14. Tumor necrosis factor receptor associated factor 6 (TRAF6) regulation of development, function, and homeostasis of the immune system

    Science.gov (United States)

    Walsh, Matthew C.; Lee, JangEun; Choi, Yongwon

    2016-01-01

    Summary Tumor necrosis factor receptor (TNFR)-associated factor 6 (TRAF6) is an adaptor protein that mediates a wide array of protein-protein interactions via its TRAF domain and a RING finger domain that possesses non-conventional E3 ubiquitin ligase activity. First identified nearly two decades ago as a mediator of IL-1 receptor (IL-1R)-mediated activation of NFκB, TRAF6 has since been identified as an actor downstream of multiple receptor families with immunoregulatory functions, including members of the TNFR superfamily, the toll-like receptor (TLR) family, tumor growth factor-β receptors (TGFβR), and T cell receptor (TCR). In addition to NFκB, TRAF6 may also direct activation of mitogen-activated protein kinase (MAPK), phosphoinositide 3-kinase (PI3K), and interferon regulatory factor (IRF) pathways. In the context of the immune system, TRAF6-mediated signals have proven critical for the development, homeostasis, and/or activation of B cells, T cells, and myeloid cells, including macrophages, dendritic cells, and osteoclasts, as well as for organogenesis of thymic and secondary lymphoid tissues. In multiple cellular contexts, TRAF6 function is essential not only for proper activation of the immune system, but also for maintaining immune tolerance, and more recent works have begun to identify mechanisms of contextual specificity for TRAF6, involving both regulatory protein interactions, and messenger RNA regulation by microRNAs. PMID:26085208

  15. Inhibition of NF-κB Pathway and Modulation of MAPK Signaling Pathways in Glioblastoma and Implications for Lovastatin and Tumor Necrosis Factor-Related Apoptosis Inducing Ligand (TRAIL Combination Therapy.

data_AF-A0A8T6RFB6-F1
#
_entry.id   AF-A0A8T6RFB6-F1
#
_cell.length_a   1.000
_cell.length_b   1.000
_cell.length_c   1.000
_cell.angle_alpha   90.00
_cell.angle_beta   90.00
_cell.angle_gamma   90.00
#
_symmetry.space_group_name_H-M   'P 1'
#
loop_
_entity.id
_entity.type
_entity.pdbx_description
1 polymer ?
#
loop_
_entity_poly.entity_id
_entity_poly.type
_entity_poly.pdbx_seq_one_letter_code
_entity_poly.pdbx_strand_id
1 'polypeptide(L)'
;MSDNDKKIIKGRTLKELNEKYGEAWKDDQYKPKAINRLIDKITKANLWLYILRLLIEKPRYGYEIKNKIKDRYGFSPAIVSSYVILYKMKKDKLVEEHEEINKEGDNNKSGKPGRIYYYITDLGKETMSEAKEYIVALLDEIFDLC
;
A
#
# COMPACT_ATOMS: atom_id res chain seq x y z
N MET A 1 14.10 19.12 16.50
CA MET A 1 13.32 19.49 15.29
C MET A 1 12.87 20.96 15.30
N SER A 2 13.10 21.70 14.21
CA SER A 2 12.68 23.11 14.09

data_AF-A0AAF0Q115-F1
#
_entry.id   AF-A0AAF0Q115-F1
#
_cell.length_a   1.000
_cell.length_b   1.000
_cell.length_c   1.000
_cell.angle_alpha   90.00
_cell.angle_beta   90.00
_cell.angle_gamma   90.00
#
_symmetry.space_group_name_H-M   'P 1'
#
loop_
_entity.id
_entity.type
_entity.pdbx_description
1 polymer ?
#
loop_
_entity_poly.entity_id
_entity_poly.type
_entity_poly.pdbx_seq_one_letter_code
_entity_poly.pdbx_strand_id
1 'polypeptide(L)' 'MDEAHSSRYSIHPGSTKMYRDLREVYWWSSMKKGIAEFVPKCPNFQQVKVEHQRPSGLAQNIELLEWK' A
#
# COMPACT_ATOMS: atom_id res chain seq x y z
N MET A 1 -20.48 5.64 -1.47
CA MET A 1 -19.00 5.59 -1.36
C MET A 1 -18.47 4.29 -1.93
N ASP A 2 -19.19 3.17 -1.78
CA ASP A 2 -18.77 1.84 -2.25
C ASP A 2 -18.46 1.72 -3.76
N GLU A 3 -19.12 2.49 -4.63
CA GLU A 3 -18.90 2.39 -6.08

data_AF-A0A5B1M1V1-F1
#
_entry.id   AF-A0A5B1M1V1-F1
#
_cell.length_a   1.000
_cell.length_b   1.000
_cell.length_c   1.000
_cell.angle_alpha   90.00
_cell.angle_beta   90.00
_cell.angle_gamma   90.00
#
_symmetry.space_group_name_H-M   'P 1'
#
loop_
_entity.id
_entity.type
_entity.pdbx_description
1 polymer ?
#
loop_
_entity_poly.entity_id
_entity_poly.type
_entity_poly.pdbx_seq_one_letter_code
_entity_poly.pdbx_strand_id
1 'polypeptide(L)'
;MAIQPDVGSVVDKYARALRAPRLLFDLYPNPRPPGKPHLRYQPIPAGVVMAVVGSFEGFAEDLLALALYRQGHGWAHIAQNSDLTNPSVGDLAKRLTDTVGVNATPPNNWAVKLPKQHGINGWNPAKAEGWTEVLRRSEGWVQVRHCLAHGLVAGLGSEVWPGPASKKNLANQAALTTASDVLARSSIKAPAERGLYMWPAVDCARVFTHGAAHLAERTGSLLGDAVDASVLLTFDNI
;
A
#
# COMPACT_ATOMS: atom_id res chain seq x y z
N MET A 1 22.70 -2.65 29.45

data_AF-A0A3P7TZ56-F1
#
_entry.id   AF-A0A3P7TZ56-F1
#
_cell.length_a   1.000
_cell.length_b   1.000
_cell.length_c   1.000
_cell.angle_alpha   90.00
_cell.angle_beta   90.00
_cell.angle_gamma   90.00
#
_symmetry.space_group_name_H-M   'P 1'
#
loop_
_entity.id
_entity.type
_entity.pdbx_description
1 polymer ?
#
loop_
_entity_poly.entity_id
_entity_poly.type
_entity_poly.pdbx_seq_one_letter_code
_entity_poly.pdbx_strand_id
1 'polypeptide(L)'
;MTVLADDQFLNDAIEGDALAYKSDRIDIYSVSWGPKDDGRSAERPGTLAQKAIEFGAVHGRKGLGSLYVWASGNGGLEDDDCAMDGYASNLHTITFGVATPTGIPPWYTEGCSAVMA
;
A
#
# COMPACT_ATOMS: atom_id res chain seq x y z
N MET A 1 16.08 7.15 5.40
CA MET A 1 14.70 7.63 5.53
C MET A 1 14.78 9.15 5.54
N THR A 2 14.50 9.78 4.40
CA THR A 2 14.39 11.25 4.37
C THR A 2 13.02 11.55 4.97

Directory of Open Access Journals (Sweden)

    Pi Chu Liu

    Full Text Available Glioblastoma is a common malignant brain tumor and it is refractory to therapy because it usually contains a mixture of cell types. The tumor necrosis factor-related apoptosis inducing ligand (TRAIL has been shown to induce apoptosis in a range of tumor cell types. Previously, we found that two human glioblastoma cell lines are resistant to TRAIL, while lovastatin sensitizes these glioblastoma cells to TRAIL-induced cell death. In this study, we investigated the mechanisms underlying the TRAIL-induced apoptosis in human glioblastoma cell lines by lovastatin. Furthermore, we have confirmed the anti-tumor effect of combination therapy with lovastatin and TRAIL in the subcutaneous brain tumor model. We showed that lovastatin significantly up-regulated the expression of death receptor 5 (DR5 in glioblastoma cell lines as well as in tumor-bearing mice with peri-tumoral administration of lovastatin. Further study in glioblastoma cell lines suggested that lovastatin treatment could inhibit NF-κB and Erk/MAPK pathways but activates JNK pathway. These results suggest that lovastatin sensitizes TRAIL-induced apoptosis by up-regulation of DR5 level via NF-κB inactivation, but also directly induces apoptosis by dysregulation of MAPK pathway. Our in vivo study showed that local peri-tumoral co-injection of lovastatin and TRAIL substantially reduced tumor growth compared with single injection of lovastatin or TRAIL in subcutaneous nude mice model. This study suggests that combined treatment of lovastatin and TRAIL is a promising therapeutic strategy to TRAIL-resistant glioblastoma.